Home

2000
Art Gallery of Western Australia, Perth

Art Gallery of Western Australia, Perth Home was curated by, and held at the Art gallery of Western Australia for the 2000 Perth International Arts Festival. It aimed to encourage us to consider how the notion of home is constructed at a time of globalisation of culture. Not an especially new idea, and one that even Perth has seen in local (or should that be domestic) variations for a number of years. What distinguished this particular 'at home' was the global breadth of its guests. Artists from Europe, Africa, North America and one from Singapore all contributed images and objects to help stimulate a dialogue about that most sacrosanct, and so often despoiled, of places.

Given the scope of the artists' work the contextualization of the show was broad, but the idea of 'home' and its inferred antonym 'global' would have repaid closer definition. The problems that cultural institutions have in avoiding the role of authoritarian didact are evident, but here there needed to be an examination of cultural and conceptual contexts beyond the exhibition format itself. In this case, the artists were presented as if they had cultural equivalence. It is indeed democratic to have artists from the majority of the world exhibiting alongside their 'first' world colleagues, but it was not the case that their voices had the same authority. Sarah Morris's imagery of an urban United States was easily (we see it almost daily in the mass media), if not always accurately, read. Its familiarity militated against a reading of her work as a critical text. This ease of legibility became exaggerated, and exacerbated, by its comparison with other filmic evidence of what is to most Australians still cultural exotica-Dijibril Diop Mambety's images of 1970s Senegal, and lgloolik lsuma Productions' representations of lnuit culture. This is not to presume an audience is simply a lumpen mass and needs to be introduced to ideas as, for example, an ideological configuration of the world was presented in the old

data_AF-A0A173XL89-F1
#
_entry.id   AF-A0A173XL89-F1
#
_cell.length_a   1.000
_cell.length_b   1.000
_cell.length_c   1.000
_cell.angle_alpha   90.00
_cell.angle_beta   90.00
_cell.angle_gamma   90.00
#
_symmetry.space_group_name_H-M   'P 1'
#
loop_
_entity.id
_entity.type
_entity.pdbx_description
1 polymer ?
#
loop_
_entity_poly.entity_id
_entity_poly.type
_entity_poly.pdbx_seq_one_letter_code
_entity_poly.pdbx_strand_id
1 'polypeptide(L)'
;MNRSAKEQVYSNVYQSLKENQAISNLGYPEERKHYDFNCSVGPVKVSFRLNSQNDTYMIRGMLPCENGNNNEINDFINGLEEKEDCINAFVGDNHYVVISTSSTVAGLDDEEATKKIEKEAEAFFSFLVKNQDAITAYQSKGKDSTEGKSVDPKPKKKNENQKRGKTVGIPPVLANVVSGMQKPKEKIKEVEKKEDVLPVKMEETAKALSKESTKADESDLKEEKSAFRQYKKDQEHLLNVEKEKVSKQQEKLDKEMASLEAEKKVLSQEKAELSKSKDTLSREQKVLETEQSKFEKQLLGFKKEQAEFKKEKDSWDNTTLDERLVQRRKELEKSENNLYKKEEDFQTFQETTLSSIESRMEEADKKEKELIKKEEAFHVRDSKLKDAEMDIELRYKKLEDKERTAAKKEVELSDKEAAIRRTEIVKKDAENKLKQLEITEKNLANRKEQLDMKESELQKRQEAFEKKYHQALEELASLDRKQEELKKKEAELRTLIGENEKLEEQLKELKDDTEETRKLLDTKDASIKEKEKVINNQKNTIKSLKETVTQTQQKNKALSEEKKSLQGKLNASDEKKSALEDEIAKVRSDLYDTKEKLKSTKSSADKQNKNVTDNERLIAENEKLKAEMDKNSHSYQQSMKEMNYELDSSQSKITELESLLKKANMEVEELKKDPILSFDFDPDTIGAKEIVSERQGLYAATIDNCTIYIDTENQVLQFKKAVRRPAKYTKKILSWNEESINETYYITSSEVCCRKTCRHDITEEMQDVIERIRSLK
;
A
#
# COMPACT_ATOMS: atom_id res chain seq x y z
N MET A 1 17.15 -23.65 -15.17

Soviet institutions, but to acknowledge that the Art Gallery itself is not a neutral space, and that artists in different cultures work from different initial premises. This is news to no one, least of all to the curatorial staff of this wide-ranging show, and is a difficult thing to do, but it remains an important issue. Whose globalisation are we seeing? The decline of the nation state and national culture is an issue that interests those smaller cultures whose home life and means of expression are being transformed far more than their powerful neighbours who are responsible for the transformation.

Antonio Gramsci argued forcibly against the adoption of Esperanto as the language of the Socialist international at the beginning of the twentieth century. He argued the supposition that a neutral artificial language could eradicate the difference in power relations between powerful and less powerful language and cultural groupings was a reflection of a cosmopolitan desire to be able to consume culture, rather than an internationalist need to understand cultural differences. Home acted a little like an Esperanto analogue, its structure (not necessarily its conceptual intention) suggesting that we were looking at a series of free-floating equivalent aesthetic phenomena, equally consumable and comprehended.

The benefits of the even handed, open presentation of the show was of course that it was possible to see the lie of this if we were prepared to look hard enough, and were already in possession of enough cultural capital. The political, and emotional deadpan intensity of Zwelethu Mththewa's photographs of the domestic interiors of South Africa's urban poor-wallpapered with the ephemeral detritus of a consumer society, ironically including soupcan labels-was a world away from the earnest agit-prop of Lucy Orta's symbolic tent city refuges for the European urban dispossessed. The pin sharp focus of David Goldblatt's ruthless photographs of ruthless architecture examined the way in which the built environment both reflects and shapes a culture's ideology, and was a rigorous counterpoint for the measured incoherence and deliberate fatuity of Rodney Glick's installation.

Home was an intriguing show, with a fascinating contradiction at its heart reflecting the most profound of issues related to globalisation and art practice-how do we interpret transculturally? Perhaps this was best exemplified by Matthew Ngui's work. On one hand the artist asserted that 'a singular view can be false and incorrect' and then constructed a witty, complex, multi -layered installation, one aspect of which only made sense when the viewer adopted a position from which a single point perspective linked the pieces together ...